If you have been trudging around your homestead for any amount of time with a bucket or hosepipe, you would at some time have considered a better solution – something like an irrigation system.
By first understanding the full gamut of irrigation systems, it will help you decide which is right for you and then help you focus your research.
Irrigation systems can be difficult to discern. There are main categories which branch off into header categories, and by digging a little further, you find the subcategories of irrigation systems (which is what most people are interested in.)
Some systems are great for small gardens, while others work best for large commercial agriculture set-ups.
I’m going to walk you through each type of irrigation system to give you a better understanding and hopefully help you make a better-educated decision before investing in an irrigation system for your homestead.
Two Types of Irrigation Systems
All irrigation systems fall into one of two categories: low flow or high flow irrigation. Low flow irrigation systems are when water is slowly dripped into or on top of the soil of your garden.
If you choose a high flow system, this is when water is applied at a faster pace with much more water pressure.
Which system to choose will have more to do with your preference than anything. If you’re watering large areas of land, a high flow irrigation system may be your better bet because you can water more, faster.
Irrigation System Specifics
Once you understand the two types of irrigation systems, it’s essential to understand a few other ‘umbrella’ terms.
They’re terms used to describe multiple irrigation systems. By understanding these terms, it can help you further narrow down what you may be looking for when choosing an irrigation system.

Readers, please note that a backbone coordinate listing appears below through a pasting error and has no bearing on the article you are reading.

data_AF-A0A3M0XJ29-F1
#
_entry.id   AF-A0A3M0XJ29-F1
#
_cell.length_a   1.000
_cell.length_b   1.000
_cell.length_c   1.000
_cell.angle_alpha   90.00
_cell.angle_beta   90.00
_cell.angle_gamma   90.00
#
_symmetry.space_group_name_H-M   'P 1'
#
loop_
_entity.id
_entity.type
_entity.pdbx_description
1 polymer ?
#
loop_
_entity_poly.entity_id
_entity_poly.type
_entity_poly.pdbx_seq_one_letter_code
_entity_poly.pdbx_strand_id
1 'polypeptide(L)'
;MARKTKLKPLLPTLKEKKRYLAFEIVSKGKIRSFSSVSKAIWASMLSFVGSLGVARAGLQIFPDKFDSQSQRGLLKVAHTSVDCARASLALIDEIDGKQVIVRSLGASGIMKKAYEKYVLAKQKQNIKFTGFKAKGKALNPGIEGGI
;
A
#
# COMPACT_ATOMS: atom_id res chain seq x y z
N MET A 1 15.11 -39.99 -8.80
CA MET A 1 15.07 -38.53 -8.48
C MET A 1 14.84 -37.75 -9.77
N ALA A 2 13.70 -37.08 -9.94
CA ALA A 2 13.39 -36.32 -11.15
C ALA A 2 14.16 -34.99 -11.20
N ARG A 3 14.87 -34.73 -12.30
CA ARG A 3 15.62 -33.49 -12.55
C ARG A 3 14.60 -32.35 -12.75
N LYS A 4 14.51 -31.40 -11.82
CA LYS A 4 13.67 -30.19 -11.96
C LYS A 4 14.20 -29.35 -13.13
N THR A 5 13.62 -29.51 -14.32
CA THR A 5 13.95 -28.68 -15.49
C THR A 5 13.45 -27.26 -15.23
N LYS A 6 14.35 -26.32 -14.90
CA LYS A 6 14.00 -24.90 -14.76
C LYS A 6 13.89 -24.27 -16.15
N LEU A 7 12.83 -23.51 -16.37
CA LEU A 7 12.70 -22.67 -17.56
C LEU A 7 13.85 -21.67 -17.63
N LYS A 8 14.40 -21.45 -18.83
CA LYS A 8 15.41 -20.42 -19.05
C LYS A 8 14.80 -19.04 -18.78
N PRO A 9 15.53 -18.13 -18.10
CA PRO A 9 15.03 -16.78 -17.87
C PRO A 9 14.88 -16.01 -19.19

1. Subsurface Irrigation
Subsurface irrigation is when the irrigation system is buried beneath the soil. The water is applied directly to the roots of the plant.
We will discuss subsurface irrigation options more in-depth in the next section, but a few examples of subsurface irrigation are a soaker hose set-up or drip irrigation. These are low flow options of irrigation.
2. Localized Irrigation
Localized irrigation is when water is pushed through pipes to reach the plants. It’s usually above the surface but waters the plants without getting the foliage wet.
This is a good option because if the foliage of the plants remains dry, there's less chance for mold and other diseases to form. Drip irrigation is another example of this style of irrigation system.
Common Irrigation Systems
You now know some of the broad categories and terms for irrigation systems. Let’s get down to the nitty-gritty to figure out which irrigation systems are available to suit your needs:
1. Soaker Hoses
Soaker hoses are hoses which have multiple holes placed in them from tip to tip. The water seeps through the holes in the hose to moisten the soil.
You can bury the hoses or leave them on top of the ground. By placing them underground you’re allowing water to reach the roots directly. A timer can be added to your water source to make watering even easier.
2. Drip Irrigation
Drip irrigation is also known as a trickle irrigation system. The water slowly drips from the hose.
This gives small amounts of water over time but keeps your plants properly watered without using mass amounts of water at one time. This is a great irrigation system option for vertical gardens.